"ANNA.

"Gennessee, June 15, 1816.

"P. S. Don't forget to jog aunt Emmerson's memory about asking me to Park-place.

"P. S. June 25th. Not having yet sent my letter, although I am sure you must be dying with anxiety to hear how we get on, I must add, that we have a companion here that would delight you--a Mr. Edward Stanley. What a delightful name! and he is as delightful as his name: his eye, his nose, his whole countenance, are perfect. In short, Julia, he is just such a man as we used to draw in our conversation at school. He is rich, and brave, and sensible, and I do nothing but talk to him of you. He says, he longs to see you; knows you must be handsome; is sure you are sensible; and feels that you are good. Oh! he is worth a dozen Charles Westons. But you may give my compliments to Mr. Weston, though I don't suppose he ever thinks it worth his while to remember such a chick as me. I should like to hear what he says about me, and I will tell you all Edward Stanley says of you. Once more, adieu. Your letters got here safe and in due season. I let Edward take a peep at them."

The first time Julia read this letter she was certainly disappointed. It contained no descriptions of the lovely scenery of the west. The moon had risen and the sun had set on the lakes of the interior, and Anna had said not one word of either. But the third and fourth time of reading began to afford more pleasure, and at the thirteenth perusal she pronounced it charming. There was evidently much to be understood; vacuums that the fancy could easily fill; and, before Julia had left the summer-house, the letter was extended, in her imagination, to the promised six sheets. She walked slowly through the shrubbery towards the house, musing on the contents of her letter, or rather what it might be supposed to contain, and unconsciously repeating to herself in a low tone--

"Young, handsome, rich, and sensible--just as we used to paint in our conversation. Oh, how delightful!"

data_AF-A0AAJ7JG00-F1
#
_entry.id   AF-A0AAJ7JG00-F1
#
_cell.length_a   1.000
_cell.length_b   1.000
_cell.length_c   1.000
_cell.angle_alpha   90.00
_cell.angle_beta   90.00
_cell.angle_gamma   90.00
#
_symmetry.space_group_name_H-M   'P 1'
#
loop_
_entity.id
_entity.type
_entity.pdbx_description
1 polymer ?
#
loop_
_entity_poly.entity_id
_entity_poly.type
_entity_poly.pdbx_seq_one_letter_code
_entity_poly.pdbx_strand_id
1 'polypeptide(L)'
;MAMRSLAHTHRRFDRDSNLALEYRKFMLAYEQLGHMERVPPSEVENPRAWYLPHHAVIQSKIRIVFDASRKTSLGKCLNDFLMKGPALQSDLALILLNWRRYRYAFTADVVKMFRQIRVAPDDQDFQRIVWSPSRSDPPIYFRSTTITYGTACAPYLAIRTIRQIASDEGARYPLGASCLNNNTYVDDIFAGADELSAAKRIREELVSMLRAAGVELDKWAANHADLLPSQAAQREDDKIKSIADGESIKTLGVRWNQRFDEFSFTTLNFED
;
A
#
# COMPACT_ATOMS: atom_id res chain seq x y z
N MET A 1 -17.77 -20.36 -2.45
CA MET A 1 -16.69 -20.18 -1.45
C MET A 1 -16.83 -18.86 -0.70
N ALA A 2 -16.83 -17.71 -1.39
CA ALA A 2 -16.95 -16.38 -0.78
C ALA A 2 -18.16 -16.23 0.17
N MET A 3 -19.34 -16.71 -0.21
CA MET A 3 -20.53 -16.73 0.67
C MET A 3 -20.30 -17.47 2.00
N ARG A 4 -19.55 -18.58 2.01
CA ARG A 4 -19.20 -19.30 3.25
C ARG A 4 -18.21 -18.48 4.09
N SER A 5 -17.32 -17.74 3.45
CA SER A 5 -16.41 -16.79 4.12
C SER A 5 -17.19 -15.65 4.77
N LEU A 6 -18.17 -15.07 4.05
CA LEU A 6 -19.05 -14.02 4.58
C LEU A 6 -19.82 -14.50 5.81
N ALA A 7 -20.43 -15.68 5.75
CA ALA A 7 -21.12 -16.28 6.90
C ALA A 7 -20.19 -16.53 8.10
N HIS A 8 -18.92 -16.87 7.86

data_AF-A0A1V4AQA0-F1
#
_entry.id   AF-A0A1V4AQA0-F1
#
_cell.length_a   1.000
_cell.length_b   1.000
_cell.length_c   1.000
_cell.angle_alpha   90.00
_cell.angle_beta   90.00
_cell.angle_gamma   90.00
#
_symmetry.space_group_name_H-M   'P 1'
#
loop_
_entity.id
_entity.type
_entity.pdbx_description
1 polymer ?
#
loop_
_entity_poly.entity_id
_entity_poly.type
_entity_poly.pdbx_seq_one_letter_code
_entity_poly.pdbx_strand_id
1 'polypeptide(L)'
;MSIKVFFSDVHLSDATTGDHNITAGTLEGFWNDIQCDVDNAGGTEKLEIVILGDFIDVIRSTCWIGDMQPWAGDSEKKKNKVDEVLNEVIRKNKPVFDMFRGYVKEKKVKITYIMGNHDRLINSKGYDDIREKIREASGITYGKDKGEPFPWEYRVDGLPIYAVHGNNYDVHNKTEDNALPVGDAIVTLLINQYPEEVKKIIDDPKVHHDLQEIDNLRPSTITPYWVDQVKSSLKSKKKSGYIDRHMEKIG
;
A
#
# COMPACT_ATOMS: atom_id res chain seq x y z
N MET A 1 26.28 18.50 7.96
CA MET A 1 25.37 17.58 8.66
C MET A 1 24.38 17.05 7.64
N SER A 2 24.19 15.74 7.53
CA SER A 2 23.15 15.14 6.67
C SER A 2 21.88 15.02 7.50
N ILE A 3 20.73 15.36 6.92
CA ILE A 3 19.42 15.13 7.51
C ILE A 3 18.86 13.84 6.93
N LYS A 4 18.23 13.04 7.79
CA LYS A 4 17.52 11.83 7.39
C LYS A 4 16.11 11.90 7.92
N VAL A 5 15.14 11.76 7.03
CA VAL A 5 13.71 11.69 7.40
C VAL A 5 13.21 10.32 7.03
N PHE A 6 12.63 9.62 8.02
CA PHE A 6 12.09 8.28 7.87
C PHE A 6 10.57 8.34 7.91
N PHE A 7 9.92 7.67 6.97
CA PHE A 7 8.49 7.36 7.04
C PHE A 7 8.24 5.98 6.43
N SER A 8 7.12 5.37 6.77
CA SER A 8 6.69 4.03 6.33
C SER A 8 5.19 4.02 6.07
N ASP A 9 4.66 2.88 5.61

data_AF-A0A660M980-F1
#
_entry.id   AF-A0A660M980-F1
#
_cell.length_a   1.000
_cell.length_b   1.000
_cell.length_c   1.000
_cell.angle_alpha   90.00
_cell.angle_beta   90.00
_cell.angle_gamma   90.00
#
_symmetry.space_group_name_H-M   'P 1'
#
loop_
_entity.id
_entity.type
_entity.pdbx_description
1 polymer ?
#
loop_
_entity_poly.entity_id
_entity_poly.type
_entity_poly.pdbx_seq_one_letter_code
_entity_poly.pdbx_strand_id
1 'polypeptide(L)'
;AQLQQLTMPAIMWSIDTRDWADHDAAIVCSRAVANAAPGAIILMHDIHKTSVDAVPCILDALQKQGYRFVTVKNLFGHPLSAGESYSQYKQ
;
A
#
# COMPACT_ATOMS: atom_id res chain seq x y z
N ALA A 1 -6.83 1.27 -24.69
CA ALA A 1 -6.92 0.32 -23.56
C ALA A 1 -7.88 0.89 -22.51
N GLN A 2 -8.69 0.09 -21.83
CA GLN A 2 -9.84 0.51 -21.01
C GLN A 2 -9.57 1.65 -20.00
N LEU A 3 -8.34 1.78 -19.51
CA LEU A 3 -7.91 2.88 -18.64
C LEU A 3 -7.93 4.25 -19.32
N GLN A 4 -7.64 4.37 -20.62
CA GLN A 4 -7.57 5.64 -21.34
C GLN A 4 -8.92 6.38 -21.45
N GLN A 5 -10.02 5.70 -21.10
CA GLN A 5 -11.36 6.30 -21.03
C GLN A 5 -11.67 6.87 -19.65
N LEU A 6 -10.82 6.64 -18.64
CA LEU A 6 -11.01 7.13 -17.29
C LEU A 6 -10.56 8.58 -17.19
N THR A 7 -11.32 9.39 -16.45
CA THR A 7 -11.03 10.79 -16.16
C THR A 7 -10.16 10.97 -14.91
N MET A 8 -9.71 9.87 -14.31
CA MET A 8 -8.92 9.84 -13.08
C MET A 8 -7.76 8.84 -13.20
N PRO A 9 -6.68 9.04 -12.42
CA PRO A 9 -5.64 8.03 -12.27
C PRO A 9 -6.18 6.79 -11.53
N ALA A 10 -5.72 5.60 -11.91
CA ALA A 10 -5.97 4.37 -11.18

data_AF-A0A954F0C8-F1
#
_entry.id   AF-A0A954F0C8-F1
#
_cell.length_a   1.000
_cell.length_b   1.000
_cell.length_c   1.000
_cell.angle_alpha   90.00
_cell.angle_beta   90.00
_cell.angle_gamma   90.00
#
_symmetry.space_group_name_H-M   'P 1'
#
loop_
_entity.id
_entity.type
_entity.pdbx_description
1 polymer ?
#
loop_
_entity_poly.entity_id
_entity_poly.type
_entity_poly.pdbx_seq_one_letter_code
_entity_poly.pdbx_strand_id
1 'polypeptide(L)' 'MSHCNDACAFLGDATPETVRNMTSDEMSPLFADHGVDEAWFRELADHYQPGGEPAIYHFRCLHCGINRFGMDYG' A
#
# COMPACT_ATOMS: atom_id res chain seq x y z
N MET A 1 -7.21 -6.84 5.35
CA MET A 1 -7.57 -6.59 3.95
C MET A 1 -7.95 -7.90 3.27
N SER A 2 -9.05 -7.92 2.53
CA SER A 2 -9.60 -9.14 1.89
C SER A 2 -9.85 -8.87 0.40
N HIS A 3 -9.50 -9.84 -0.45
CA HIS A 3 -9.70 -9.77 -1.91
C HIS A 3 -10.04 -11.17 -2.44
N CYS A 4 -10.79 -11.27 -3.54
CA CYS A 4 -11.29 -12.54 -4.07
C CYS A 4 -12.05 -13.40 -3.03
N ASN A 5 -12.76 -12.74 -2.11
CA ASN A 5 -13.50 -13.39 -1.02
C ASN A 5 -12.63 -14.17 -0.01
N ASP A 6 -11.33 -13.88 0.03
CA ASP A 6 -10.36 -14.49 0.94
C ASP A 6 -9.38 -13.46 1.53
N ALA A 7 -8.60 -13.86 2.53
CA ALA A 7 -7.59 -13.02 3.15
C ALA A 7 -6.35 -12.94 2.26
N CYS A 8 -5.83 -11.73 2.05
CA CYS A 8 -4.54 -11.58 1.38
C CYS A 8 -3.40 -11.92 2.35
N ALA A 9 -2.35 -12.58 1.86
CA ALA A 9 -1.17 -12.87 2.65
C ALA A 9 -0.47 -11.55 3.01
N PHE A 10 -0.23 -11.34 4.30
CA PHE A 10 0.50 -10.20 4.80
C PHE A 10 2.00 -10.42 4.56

"Delightful indeed, to possess all those fine qualities; and who is the happy individual that is so blessed?" asked Charles Weston, who had been lingering in the walks with an umbrella to shield her on her return from an approaching shower.

"Oh!" said Julia, starting, "I did not know you were near me. I have been reading Anna's sweet letter," pressing the paper to her bosom as she spoke.

"Doubtless you must be done by this time, Julia, and," pointing to the clouds, "you had better hasten to the house. I knew you would be terrified at the lightning all alone by yourself in that summer- house, so I came to protect you."

"You are very good, Charles, but does it lighten?" said Julia in terror, and hastening her retreat to the dwelling.

"Your letter must have interested you deeply not to have noticed the thunder--you, who are so timid and fearful of the flashes."

"Foolishly fearful, you would say, if you were not afraid of hurting my feelings, I know," said Julia.

"It is a natural dread, and therefore not to be laughed at," answered Charles mildly.

"Then there is natural fear, but no natural love, Mr. Charles; now you are finely caught," cried Julia exultingly.

"Well, be it so. With me fear is very natural, and I can almost persuade myself love also."

"I hope you are not a coward, Charles Weston. A cowardly man is very despicable. I could never love a cowardly man," said Julia, laughing.

"I don't know whether I am what you call a coward," said Charles gravely; "but when in danger I am always afraid."

The words were hardly uttered before a flash of lightning, followed instantly by a tremendously heavy clap of thunder, nearly stupified them both. The suddenness of the shock had, for a moment, paralyzed the energy of the youth, while Julia was nearly insensible. Soon recovering himself, however, Charles drew her after him into the house, in time to escape a torrent of rain. The storm was soon over, and their natural fear and surprise were a source of mirth for Julia. Women are seldom ashamed of their fears, for their fright is thought to be feminine end attractive; but men are less easy under the imputation of terror, as it is thought to indicate an absence of manly qualities.

"Oh! you will never make a hero, Charles," cried Julia, laughing heartily. "It is well you chose the law instead of the army as a profession."